Dooling Tells Youth To Visualize Dreams
WALTHAM, Mass. - “I am a visual person,” Boston Celtics guard Keyon Dooling explained to the students of C.A.S.H. High School of Dorchester, Mass. “As a young person I would close my eyes and visualize myself doing something great one day. I am here to tell you that if you can close your eyes and visualize yourself achieving your dreams, you can open your eyes and realize those dreams.”
Dooling’s inspirational words tipped off the Celtics’ annual Black History Month event, presented by the Massachusetts Army National Guard, on Tuesday afternoon.
The 25 teenagers in attendance began the day in the Hall of Fame room at the Celtics’ practice facility with an icebreaking game called “Quick Facts,” in which they were charged with finding the answers to questions centered on African-American history.
“Do you know what happened at Central High School in Little Rock, Arkansas,” one female student asked Dooling.
Across the room, a male student asked one of his classmates, “What happened aboard the ship La Amistad?”
With students intensely filling out their worksheets as they acquired answers from their fellow classmates and National Guard representatives, Dooling announced that their time was up.
After discussing the significance of many of the “Quick Facts” as a group and getting everyone comfortable with each other, Boston Celtics Community Relations Director Matt Meyersohn pointed out the “confidential” envelope sitting on each of the four tables in the room.
“Inside these sealed envelopes are study sheets for the Slammin’ Trivia game we will be playing,” Meyersohn explained. “You will have the next 10 minutes to learn the information on these study guides as a team. Ready? Go!”
The group of students tore open the sealed packets and began quizzing each other. A few minutes into the cram session, Meyersohn added, “Oh I forgot to mention, the winning team from trivia will be getting a prize signed by Keyon!”
The teens let out a collective roar and the intensity of the room was instantly elevated. “I have never seen them so excited to study,” a school chaperone laughed.
A few minutes later and sensing that the students had enough time to learn the material, Dooling invited the students down to the court to play some basketball. Whispering to one of the school chaperones, the Celtics guard sneakily said, “Let’s go distract them for a little while and see how much information they retained from the study guide.”
For the next 20 minutes, the C.A.S.H. students ran end to end, shooting 3-pointers and heaving half-court shots on the Celtics practice court, only stopping to capture the moment with an impromptu cell phone picture.
When students reconvened on the bleachers after they properly worked up a sweat, they noticed the Slammin’ Trivia board displayed on two easels. The anticipation mounted as Dooling and Meyersohn read the game rules to the teams.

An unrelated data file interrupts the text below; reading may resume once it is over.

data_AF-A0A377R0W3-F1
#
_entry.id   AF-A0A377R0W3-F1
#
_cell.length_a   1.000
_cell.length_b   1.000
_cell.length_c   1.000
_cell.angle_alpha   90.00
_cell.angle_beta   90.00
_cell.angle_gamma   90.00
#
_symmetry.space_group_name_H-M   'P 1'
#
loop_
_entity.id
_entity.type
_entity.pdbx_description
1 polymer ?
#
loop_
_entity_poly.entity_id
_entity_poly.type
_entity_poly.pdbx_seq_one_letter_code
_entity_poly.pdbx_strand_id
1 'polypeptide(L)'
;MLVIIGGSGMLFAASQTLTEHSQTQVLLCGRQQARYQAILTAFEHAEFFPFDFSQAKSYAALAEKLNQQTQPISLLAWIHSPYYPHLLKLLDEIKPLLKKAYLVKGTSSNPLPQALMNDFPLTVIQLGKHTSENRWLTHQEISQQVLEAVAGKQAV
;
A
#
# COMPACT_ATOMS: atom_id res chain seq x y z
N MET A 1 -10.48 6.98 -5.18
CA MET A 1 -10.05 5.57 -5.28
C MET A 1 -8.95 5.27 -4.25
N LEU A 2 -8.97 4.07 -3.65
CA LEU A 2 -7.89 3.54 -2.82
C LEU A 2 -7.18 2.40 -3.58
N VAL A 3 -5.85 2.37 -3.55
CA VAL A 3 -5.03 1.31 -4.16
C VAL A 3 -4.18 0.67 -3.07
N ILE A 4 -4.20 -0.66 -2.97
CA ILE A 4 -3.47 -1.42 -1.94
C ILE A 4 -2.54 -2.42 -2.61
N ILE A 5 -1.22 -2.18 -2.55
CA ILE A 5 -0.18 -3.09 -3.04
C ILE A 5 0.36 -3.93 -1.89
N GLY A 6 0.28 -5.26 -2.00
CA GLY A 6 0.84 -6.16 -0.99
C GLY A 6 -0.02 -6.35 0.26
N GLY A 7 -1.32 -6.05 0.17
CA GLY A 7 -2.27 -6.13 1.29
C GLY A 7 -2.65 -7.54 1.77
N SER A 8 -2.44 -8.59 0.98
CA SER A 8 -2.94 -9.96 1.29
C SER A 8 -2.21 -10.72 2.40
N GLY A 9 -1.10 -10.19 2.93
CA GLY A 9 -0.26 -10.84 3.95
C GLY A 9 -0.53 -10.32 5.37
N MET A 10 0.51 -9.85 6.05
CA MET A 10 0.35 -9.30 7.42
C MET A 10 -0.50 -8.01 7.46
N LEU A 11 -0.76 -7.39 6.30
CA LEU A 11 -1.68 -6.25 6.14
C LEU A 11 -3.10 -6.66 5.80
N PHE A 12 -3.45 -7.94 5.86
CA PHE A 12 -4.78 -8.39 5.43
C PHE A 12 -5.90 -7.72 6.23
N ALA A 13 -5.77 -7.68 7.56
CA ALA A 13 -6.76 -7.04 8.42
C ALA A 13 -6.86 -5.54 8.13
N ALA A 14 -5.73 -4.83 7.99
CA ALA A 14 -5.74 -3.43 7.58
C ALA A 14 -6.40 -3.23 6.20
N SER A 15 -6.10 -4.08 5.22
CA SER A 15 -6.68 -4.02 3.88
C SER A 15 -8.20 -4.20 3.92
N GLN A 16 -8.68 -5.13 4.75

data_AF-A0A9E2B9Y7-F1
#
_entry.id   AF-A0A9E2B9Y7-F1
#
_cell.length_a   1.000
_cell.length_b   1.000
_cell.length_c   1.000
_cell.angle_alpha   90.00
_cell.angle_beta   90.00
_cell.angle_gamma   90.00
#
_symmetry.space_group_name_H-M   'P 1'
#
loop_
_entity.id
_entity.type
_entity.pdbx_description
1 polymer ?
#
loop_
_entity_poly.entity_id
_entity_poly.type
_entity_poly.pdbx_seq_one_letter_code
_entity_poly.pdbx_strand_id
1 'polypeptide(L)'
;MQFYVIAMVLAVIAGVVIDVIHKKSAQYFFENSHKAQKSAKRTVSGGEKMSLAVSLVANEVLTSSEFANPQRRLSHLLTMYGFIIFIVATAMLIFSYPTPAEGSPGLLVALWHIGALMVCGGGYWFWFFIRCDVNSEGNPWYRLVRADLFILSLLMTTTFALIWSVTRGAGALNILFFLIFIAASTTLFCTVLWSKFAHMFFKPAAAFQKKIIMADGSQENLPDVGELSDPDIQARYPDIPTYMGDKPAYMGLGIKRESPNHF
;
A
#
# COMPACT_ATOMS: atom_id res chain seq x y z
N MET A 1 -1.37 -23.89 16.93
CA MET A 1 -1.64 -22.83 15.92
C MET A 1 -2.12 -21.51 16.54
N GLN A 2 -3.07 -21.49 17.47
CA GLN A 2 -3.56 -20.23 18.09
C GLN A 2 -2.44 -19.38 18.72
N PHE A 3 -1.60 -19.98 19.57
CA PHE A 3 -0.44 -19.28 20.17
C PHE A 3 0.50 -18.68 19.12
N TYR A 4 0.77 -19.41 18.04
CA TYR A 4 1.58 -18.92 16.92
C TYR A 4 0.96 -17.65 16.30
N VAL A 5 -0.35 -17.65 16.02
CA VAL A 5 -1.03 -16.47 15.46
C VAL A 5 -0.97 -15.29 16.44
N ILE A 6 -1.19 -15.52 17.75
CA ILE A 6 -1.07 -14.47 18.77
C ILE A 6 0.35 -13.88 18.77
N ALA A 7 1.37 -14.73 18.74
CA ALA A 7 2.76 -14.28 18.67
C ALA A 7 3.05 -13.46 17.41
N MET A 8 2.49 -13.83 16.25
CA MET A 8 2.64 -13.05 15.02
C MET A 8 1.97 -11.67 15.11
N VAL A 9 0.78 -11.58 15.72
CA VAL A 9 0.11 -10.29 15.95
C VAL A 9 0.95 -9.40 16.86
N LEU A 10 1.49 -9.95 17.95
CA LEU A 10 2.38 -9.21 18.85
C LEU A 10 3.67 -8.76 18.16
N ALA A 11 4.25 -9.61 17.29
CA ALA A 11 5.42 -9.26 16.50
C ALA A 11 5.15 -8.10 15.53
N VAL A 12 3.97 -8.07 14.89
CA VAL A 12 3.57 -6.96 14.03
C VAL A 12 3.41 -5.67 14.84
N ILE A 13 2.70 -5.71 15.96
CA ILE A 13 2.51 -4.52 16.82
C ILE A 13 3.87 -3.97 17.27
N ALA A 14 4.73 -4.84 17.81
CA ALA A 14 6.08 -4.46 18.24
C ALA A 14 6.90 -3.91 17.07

“Team Green Stars, you all can go first,” Dooling decided to the disapproval of the other three teams.
“We will take African-American Politics for 400,” a member of Team Green Stars shouted. Dooling tore the question card off of the game board and read it to the groups.
“This set of laws mandated the ‘separate but equal’ status for African-Americans in the late 19th Century. What is the name of these laws,” Dooling asked.
All four teams huddled, fiercely wrote down their answers on a post-it note and ran them over to Dooling.
“The correct answer is ‘The Jim Crow Laws,’” Dooling exclaimed to a smattering of loud cheers.
After 20 minutes of questions and answers, the group arrived at the final question dubbed the “Game Winner.”
“Each team will be able to wager as many points as they would like on this final question. If you get the answer right, your team will be awarded the amount of points you wagered. If you get it wrong, the wagered points will be subtracted from your score,” Meyersohn explained.
Once all of the points were wagered, Dooling pronounced, “Alright it is crunch time. Here is the final question: What prolific author, civil rights leader and historian graduated from Harvard and wrote the book ‘The Soul of Black Folk’ as well as 21 other books in the early 20th century?”
For the last time, the students huddled together with their group and emerged with a scribbled post-it note representing their team’s fate.
Ready to shout out the answer and proclaim the winner, Dooling cleared his throat to the sound of team A-Team singing, “Na na na na, hey hey hey, gooodbyeee.”
“The Game-Winning answer is… W.E.B DuBois!” Dooling shouted. “Team Rondo, you are today’s winner,” he added to overwhelming boos from the losing three teams.
“Great job today,” Dooling stated. “I think everyone deserves a gift!”
The students screamed in excitement and were handed a Keyon Dooling autographed poster containing famous and uplifting quotes from African-American leaders of the past.
One quote by Harriet Tubman read, “Every great dream begins with a dreamer. Always remember, you have within you the strength, the patience, and the passion to reach for the stars to change the world.”
For the students, the poster will serve as a great reminder that if they can close their eyes and visualize themselves achieving their dreams, they can open their eyes and realize them. Just like Dooling.